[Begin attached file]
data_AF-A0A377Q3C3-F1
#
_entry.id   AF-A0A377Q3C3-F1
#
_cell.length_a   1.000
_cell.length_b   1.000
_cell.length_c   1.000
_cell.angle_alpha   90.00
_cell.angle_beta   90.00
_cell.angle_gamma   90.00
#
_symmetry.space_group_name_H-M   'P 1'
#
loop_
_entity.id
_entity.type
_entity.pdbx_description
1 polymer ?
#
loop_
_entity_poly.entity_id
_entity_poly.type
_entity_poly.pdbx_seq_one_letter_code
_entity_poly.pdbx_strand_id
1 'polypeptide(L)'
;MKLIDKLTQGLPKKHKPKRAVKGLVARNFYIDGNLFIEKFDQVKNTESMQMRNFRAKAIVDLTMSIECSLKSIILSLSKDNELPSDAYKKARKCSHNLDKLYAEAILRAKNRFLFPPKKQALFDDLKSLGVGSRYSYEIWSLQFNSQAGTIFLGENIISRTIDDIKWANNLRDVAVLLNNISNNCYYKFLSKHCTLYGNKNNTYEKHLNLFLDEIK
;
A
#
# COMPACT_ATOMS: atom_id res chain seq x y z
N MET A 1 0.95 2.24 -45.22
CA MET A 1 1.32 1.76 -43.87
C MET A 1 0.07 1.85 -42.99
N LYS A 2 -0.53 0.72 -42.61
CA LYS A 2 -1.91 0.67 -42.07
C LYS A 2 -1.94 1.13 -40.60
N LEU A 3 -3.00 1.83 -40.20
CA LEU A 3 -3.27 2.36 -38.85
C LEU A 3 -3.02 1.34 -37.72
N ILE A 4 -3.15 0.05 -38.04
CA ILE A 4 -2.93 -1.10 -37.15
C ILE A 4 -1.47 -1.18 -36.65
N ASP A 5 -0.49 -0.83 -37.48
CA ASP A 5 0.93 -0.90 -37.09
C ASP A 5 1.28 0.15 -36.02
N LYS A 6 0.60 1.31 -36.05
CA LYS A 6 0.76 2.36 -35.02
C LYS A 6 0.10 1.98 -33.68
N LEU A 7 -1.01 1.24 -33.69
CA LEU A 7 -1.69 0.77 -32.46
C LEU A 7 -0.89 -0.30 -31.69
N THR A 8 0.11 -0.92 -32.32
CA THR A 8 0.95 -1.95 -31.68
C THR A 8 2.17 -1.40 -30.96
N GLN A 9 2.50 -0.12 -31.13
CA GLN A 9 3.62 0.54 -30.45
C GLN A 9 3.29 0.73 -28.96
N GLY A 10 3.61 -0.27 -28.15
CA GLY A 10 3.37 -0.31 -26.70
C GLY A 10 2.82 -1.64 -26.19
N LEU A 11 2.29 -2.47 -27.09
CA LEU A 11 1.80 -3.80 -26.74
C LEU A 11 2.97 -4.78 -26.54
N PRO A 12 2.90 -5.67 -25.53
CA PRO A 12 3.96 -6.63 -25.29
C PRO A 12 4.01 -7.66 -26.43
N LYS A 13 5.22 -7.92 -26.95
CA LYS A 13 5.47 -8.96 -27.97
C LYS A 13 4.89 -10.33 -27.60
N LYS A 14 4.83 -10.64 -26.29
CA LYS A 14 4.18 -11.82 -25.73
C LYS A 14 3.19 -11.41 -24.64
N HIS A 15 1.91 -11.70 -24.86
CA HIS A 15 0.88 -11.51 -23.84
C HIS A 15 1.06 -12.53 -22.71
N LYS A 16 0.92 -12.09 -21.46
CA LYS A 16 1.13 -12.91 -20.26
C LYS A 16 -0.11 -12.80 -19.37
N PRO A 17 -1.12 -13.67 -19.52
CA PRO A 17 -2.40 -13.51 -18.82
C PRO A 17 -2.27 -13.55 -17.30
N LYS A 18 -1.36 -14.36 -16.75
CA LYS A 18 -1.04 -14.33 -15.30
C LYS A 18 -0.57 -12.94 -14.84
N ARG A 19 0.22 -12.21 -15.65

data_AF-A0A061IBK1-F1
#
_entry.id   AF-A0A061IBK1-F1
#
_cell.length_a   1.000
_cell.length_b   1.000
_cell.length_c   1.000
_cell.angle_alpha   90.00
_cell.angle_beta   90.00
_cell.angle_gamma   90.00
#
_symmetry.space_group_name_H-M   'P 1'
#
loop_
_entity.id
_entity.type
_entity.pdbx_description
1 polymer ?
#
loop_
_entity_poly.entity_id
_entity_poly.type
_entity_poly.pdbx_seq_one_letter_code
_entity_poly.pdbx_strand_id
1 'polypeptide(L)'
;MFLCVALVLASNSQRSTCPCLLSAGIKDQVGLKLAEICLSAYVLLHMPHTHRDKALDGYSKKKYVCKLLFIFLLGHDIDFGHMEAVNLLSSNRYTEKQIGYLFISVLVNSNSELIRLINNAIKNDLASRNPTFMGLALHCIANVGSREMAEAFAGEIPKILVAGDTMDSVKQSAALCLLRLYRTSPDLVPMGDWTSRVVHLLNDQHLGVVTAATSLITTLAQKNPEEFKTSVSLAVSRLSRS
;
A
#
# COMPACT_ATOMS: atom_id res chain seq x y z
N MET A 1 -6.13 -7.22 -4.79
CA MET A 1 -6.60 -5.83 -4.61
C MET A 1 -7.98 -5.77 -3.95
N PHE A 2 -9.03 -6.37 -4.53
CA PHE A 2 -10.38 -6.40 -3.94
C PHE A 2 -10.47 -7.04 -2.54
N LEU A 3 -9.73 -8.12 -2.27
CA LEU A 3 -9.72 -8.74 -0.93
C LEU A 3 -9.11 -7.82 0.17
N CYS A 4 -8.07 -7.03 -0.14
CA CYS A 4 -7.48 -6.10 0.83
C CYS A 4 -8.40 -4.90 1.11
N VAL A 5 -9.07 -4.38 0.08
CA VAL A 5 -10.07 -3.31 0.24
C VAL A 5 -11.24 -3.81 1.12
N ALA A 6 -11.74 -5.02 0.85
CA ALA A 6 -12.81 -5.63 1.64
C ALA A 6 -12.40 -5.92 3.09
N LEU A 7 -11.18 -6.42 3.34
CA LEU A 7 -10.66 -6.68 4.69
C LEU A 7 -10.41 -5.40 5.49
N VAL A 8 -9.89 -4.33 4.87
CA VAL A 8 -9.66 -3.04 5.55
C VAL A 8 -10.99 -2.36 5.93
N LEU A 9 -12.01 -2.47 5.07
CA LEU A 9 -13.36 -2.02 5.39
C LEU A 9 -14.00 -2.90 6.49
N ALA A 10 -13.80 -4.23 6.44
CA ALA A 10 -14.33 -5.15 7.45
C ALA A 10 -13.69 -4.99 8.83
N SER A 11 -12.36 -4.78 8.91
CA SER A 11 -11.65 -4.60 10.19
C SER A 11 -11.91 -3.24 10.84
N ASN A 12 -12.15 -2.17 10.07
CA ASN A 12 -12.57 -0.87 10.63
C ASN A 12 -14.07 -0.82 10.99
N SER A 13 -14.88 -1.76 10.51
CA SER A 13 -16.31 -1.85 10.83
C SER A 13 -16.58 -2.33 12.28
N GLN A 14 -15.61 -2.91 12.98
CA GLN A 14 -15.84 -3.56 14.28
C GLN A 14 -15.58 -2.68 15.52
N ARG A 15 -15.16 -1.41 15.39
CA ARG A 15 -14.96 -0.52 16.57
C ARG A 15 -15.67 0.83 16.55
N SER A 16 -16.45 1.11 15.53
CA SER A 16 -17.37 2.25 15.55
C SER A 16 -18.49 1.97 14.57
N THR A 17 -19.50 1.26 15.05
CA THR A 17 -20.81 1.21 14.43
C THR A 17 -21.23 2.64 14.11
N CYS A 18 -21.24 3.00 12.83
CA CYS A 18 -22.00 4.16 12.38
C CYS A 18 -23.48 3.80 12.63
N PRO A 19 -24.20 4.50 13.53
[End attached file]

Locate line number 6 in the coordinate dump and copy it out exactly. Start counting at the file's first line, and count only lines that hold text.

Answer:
_cell.length_b   1.000